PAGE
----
I bought the DVD for The Patrol at Costco thinking it was about American special-forces troops in Afghanistan, but it wasn’t. It was about a British Army Patrol often under attack from an unseen enemy. The UK troops in the film return fire but have no way to know if they inflicted any casualties on the Taliban. I think we tend to forget that U.S. troops aren’t the only forces fighting in Afghanistan. To date, the UK has lost 453 troops in Afghanistan in addition to 2,116 wounded in action.
The Patrol takes place in 2006, in Helmand Province, as the British Army deploys into the Taliban heartland. In 2006, Britain led the International Security Assistance Force (ISAF) in Helmand province in the south of the country with a 3,300-strong force after fresh outbreaks of violence. At its peak, in Helmand alone there were 137 UK bases and around 9,500 UK troops.
The Patrol has been called, “The British answer to The Hurt Locker and is just as depressing for its sense of reality. As in all war, there is no glory, and with casualties, morale suffers. Hollywood, the news and novels are where war is glorified. Rooted in reality, this film is not your average Hollywood epic. If you are interested in the reality of war, I suggest you ignore the average star rating on Amazon from customer reviews.
War is not combat all the time. The average infantryman in the South Pacific during World War II saw about 40 days of combat in four years. The average infantryman in Vietnam saw about 240 days of combat in one year thanks to the mobility of the helicopter. Now research is revealing that our troops serving in Iraq and Afghanistan are experiencing over 310 days of combat—a day of combat is a day that you don’t know if you will live or die that day. – Our Warriors Today and “Combat Trauma”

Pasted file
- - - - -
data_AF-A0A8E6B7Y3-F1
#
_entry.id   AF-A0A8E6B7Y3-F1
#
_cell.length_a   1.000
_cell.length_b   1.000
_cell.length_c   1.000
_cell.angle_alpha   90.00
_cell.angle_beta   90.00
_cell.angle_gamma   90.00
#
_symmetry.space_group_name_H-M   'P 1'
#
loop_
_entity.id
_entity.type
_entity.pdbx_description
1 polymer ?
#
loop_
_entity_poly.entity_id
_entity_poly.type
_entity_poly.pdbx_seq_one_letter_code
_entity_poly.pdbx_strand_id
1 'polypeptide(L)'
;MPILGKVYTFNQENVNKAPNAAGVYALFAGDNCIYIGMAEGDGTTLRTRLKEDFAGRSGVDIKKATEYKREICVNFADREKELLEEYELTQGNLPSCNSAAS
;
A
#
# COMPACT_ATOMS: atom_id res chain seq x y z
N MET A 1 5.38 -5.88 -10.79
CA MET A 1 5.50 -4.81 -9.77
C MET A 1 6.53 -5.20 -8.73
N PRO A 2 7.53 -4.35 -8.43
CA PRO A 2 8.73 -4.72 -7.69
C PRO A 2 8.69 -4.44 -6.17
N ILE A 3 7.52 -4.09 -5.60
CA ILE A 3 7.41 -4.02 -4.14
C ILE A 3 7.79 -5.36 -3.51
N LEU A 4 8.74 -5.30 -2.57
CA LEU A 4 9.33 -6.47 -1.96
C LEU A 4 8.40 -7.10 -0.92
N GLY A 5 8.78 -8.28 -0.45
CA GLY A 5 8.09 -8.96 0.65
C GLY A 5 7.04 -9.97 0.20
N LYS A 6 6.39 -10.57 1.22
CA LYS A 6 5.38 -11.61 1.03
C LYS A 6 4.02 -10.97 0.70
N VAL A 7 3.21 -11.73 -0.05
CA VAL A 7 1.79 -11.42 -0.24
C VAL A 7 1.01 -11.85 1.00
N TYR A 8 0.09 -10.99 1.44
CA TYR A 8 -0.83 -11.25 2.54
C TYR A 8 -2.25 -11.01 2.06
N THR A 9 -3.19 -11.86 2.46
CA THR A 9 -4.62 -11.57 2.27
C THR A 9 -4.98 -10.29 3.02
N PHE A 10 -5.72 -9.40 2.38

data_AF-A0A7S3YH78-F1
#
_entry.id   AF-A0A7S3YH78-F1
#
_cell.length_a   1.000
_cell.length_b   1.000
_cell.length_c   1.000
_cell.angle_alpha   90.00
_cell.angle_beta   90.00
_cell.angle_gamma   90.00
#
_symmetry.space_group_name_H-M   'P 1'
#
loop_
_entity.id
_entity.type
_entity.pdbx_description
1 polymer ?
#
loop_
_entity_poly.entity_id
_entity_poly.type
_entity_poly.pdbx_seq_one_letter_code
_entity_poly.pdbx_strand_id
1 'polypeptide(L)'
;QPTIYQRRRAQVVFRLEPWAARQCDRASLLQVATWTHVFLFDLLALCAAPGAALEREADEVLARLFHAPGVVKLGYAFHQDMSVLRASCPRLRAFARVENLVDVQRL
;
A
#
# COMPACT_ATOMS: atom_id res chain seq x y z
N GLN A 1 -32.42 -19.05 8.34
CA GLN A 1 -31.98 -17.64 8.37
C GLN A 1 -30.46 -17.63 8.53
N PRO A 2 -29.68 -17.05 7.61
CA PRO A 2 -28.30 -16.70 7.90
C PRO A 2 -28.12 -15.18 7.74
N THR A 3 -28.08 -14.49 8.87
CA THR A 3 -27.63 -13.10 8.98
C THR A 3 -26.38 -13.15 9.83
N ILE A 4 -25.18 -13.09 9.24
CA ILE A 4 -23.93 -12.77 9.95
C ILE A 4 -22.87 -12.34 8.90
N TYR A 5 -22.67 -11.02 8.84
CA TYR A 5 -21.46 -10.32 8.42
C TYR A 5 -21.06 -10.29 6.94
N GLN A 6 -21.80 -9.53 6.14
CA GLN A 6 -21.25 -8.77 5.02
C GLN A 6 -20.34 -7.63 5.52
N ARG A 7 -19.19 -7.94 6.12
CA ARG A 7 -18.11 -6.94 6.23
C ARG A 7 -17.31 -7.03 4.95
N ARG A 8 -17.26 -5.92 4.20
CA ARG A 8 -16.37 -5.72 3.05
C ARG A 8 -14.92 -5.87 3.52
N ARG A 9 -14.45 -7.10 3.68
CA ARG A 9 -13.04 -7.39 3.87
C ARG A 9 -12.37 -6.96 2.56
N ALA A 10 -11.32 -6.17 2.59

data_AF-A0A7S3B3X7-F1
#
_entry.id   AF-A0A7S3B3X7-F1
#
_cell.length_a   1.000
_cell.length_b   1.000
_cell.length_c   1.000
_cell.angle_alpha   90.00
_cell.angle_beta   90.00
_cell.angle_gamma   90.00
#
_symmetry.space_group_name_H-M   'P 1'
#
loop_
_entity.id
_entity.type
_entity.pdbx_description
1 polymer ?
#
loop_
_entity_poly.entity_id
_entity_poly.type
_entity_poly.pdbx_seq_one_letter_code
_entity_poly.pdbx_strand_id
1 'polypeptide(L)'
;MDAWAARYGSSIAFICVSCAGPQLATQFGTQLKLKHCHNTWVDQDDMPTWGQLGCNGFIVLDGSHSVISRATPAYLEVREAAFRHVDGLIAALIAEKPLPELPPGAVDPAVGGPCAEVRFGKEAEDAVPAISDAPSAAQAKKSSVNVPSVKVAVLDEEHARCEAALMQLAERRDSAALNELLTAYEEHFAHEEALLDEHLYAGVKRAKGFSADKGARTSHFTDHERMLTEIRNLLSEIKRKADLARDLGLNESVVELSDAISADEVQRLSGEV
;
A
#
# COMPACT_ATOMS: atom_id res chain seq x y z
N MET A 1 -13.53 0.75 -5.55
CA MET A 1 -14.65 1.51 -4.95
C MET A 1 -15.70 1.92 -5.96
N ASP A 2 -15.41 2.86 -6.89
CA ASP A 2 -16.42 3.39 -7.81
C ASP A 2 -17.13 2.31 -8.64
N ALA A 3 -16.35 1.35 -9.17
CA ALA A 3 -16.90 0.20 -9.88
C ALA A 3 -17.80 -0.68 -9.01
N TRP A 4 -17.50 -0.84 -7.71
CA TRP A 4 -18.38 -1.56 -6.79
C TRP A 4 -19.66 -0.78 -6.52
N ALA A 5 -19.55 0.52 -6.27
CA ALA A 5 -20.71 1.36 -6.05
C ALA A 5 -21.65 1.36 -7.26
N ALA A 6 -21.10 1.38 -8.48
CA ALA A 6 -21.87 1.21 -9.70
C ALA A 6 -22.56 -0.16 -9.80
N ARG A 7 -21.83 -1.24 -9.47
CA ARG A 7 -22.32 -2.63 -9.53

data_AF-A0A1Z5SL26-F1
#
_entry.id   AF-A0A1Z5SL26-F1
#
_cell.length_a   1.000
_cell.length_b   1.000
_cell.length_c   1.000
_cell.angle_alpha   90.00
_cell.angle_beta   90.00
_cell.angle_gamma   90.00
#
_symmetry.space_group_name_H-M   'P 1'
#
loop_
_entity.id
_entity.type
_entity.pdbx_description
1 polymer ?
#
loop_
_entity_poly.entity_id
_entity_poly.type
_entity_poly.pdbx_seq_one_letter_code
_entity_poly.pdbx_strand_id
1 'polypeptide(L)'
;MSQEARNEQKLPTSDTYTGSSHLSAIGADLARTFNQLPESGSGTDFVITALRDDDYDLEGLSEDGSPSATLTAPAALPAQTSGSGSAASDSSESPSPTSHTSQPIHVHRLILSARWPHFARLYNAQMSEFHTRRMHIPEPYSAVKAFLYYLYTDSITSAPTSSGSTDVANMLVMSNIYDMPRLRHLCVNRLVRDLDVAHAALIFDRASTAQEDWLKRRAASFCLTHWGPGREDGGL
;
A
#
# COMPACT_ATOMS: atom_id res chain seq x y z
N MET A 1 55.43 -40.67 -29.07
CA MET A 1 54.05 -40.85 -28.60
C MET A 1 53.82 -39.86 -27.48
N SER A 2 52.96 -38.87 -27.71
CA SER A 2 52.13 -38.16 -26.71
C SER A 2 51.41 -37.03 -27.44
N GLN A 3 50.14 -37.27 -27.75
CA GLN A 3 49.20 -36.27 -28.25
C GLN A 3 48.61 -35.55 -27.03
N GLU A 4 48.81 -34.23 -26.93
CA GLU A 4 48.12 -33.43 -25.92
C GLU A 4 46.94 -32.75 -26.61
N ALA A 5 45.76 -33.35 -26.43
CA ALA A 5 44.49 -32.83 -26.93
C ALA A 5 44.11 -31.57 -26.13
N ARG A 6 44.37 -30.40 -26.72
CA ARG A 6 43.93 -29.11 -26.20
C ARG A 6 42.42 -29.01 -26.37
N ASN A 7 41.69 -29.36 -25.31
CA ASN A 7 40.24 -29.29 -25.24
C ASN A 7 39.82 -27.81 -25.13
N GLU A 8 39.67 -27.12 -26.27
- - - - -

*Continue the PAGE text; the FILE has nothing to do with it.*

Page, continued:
The first-time, writer-director Tom Perch draws on his own life in the army to build a convincing low budget film of how troops lose faith in their leaders when they have lousy weapons and see no reason to keep risking their lives in combat that makes no sense.
What worked for me in this film was that the usual macho type heroes we see in most combat films were missing. There were no heroes here and no cowards either. Just troops doing the job they were trained to do—and obviously sent in to harm’s way by corrupt, bungling governments.
Lloyd Lofthouse is a former U.S. Marine and Vietnam Veteran.
His latest novel is the award winning suspense-thriller Running with the Enemy. Blamed for a crime he did not commit while serving in Vietnam, his country considers him a traitor. Ethan Card is a loyal U.S. Marine desperate to prove his innocence or he will never go home again.
And the woman he loves and wants to save was fighting for the other side.
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